The Rat Fan Club

Rat Reproduction

by Debbie “The Rat Lady” Ducommun

updated 12/27/13

Rats are very easy to breed. In fact, many people end up with unplanned baby rats! Rats can reach sexual maturity at 5 weeks of age, so the sexes should be separated at this age. Rats don’t recognize incest, so brothers and sisters and even mothers and sons must be separated.

Rats don’t have a breeding season, although very hot or cold temperatures will reduce breeding. Females of breeding age come into heat all year round, every 4 to 5 days, unless they are pregnant or nursing. Each female usually has a regular schedule that can be marked on the calendar, but it can vary. Each heat usually begins in the evening and lasts most of the night.

As a female approaches menopause at about 18 months of age, her cycle will become more irregular until it stops completely, and if she is bred during this time the size of her litters will decrease as her fertility wanes. It is possible for a female who has stopped cycling to get pregnant, although the pregnancy may not develop normally.  You can’t count on a female being completely infertile until she is 2 years old.

A Responsible Decision

Before deciding to breed your rats, you should consider a few things. Do not breed rats who have or have had active mycoplasma infections. You should only breed rats who are free of respiratory symptoms and therefore hopefully resistant to mycoplasma. Second, rats have large litters(average is 10 to 12) so if you don’t plan to keep all the babies, you’ll have to decide how you will find homes for them. Keep in mind that most pet shops sell 50-90% of their rats for reptile food. In my opinion, the only reason to breed rats is to produce healthy, well socialized pets with great temperaments.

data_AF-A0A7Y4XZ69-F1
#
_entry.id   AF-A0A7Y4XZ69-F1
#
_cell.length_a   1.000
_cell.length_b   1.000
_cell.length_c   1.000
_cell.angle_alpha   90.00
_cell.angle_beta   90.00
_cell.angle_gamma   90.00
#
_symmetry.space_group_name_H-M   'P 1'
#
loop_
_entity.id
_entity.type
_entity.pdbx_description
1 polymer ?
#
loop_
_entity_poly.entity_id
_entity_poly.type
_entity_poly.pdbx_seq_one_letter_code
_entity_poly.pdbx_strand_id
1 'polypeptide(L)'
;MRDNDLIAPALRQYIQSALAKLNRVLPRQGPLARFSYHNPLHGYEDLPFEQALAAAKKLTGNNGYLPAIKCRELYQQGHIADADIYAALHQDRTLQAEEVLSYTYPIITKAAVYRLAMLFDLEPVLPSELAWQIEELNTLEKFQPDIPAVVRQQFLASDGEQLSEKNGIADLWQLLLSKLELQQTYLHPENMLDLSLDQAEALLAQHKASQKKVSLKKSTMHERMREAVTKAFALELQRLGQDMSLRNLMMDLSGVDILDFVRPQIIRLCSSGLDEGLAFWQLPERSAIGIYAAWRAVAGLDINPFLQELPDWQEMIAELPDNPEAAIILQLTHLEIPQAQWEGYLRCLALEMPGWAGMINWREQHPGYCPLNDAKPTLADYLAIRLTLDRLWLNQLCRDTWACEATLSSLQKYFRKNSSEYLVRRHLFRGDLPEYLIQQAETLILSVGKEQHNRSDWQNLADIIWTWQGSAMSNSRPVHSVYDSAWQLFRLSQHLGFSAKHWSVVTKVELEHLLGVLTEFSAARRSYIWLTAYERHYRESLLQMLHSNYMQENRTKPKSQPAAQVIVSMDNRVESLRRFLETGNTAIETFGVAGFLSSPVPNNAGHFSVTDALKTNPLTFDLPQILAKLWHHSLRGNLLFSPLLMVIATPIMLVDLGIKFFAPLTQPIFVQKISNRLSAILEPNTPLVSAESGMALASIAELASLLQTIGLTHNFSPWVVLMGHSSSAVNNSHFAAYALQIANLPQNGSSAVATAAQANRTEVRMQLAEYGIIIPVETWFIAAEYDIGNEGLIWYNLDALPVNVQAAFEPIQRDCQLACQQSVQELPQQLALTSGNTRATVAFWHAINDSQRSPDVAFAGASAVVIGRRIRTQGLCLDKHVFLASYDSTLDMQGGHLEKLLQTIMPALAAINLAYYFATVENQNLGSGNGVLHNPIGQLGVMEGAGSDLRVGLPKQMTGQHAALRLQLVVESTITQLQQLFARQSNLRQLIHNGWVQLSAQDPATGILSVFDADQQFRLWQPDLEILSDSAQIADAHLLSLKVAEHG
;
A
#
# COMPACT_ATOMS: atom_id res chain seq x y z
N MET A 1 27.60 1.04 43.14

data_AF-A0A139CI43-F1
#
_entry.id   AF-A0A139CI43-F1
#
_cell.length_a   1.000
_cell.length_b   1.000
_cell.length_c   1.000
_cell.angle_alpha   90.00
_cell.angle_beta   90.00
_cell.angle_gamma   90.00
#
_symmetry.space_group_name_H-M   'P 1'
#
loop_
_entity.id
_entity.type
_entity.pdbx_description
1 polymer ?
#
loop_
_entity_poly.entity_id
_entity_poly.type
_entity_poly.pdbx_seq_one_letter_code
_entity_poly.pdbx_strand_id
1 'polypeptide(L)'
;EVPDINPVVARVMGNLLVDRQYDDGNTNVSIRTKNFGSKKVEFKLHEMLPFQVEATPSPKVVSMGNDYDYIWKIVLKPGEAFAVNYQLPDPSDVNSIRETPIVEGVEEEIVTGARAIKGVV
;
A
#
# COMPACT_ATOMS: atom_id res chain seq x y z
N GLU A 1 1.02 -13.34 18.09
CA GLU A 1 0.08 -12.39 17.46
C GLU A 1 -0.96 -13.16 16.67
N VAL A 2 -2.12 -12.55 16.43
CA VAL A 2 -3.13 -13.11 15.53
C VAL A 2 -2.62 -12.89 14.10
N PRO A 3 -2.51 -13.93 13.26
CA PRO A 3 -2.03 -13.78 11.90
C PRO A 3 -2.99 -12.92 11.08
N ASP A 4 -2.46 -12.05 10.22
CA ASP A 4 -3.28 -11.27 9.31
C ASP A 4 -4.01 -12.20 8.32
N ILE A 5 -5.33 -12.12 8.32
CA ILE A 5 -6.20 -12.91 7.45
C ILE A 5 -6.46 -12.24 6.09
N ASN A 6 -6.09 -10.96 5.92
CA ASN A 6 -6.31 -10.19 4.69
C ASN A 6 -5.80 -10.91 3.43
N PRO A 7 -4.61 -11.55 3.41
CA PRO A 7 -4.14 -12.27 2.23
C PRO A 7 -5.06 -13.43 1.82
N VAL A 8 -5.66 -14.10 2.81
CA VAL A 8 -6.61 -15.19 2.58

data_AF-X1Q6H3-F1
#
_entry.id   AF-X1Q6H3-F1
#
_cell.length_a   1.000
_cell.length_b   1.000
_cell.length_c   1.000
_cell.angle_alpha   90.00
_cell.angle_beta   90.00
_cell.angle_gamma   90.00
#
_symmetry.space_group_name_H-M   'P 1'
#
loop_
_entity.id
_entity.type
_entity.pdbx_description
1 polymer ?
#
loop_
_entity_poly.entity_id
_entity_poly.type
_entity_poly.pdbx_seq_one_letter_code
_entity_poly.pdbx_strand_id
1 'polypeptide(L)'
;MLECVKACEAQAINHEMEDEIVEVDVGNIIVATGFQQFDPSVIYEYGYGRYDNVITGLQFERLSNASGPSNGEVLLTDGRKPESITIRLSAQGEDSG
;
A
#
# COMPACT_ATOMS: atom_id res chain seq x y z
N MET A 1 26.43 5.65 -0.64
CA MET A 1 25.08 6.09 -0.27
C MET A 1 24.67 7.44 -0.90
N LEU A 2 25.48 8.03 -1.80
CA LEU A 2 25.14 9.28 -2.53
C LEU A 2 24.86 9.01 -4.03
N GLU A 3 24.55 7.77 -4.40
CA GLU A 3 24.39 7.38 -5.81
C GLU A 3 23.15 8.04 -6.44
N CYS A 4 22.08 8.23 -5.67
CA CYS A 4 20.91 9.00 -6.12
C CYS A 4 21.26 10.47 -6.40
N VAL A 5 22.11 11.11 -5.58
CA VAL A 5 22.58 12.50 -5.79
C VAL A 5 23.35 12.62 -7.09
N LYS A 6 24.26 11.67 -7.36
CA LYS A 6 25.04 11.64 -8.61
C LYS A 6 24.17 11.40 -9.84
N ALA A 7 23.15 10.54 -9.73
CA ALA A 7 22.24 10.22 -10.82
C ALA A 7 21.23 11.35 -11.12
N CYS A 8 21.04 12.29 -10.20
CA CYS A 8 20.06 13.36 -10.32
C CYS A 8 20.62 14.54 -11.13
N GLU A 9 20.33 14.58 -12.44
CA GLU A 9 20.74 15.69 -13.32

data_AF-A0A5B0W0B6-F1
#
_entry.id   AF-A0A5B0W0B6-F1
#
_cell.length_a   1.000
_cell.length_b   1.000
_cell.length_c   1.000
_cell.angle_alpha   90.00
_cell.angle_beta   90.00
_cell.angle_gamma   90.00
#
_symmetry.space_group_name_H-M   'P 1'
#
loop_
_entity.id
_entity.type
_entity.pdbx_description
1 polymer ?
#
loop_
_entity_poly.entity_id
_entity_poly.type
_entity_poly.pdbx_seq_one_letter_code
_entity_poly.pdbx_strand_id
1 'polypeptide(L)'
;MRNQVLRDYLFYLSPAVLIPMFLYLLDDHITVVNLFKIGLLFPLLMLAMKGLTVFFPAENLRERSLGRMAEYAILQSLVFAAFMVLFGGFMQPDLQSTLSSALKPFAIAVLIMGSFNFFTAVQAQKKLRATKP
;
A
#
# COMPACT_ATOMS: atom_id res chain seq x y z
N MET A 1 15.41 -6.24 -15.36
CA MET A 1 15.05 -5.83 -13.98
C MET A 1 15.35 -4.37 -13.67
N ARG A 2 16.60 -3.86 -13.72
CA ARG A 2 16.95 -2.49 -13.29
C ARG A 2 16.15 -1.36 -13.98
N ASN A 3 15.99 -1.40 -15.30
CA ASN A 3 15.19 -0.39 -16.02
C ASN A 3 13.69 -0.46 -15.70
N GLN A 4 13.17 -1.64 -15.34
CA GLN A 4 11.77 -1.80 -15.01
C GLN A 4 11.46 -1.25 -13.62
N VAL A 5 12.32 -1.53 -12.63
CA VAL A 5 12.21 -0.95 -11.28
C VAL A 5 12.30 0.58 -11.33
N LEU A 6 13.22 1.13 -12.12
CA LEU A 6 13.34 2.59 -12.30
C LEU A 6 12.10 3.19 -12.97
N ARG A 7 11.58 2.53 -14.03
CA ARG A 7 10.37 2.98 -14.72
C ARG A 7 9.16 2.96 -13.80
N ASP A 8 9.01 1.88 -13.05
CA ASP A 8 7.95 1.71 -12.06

Many responsible rat breeders don’t breed any female rat until she is at least a year old, and males until they are at least 1 ½ to 2 years old to make sure they are healthy and that the males have no tendency for aggression.  If you plan to breed a female a second time, it’s a good idea to wait several weeks after her litter has been weaned to allow her to recover, both physically and mentally!

The Mating Process

You can breed rats by simply putting a pair together for 10 days, insuring they are together through two heat cycles. But since the female might fight the male, a better way is to put the pair together only when the female is in heat. This works especially well if you're breeding your rat to one who belongs to someone else because the pair only has to be together for one evening.

When a rat is in heat her vagina will gape open; usually it is tightly closed. Usually there will be behavioral signs too. Stroking her back will usually cause a rat in heat to perform the mating “dance” which is quite interesting. She may first dart forward or spin around, then she will brace her legs stiffly, lift her head and tail, and vibrate her ears! This display tells the male she is ready for mating.

Most males will be interested immediately and will sniff and perhaps lick her. When mounting he will grasp her scruff with his teeth. During the courtship, mounting will occur numerous times, but most of this is foreplay. Usually the male must mount many times before completing the act, and mating will continue for some time. However, it is possible for a female to get pregnant from a single mounting, so don’t let your girls and boys play together if you don't want them to mate. Even if the female is not in heat, a determined and persistant male can sometimes stimulate her into coming into heat, so keep your unneutered males and females separate! Females in heat will sometimes also escape their cage to visit a male.

Planning for the Birth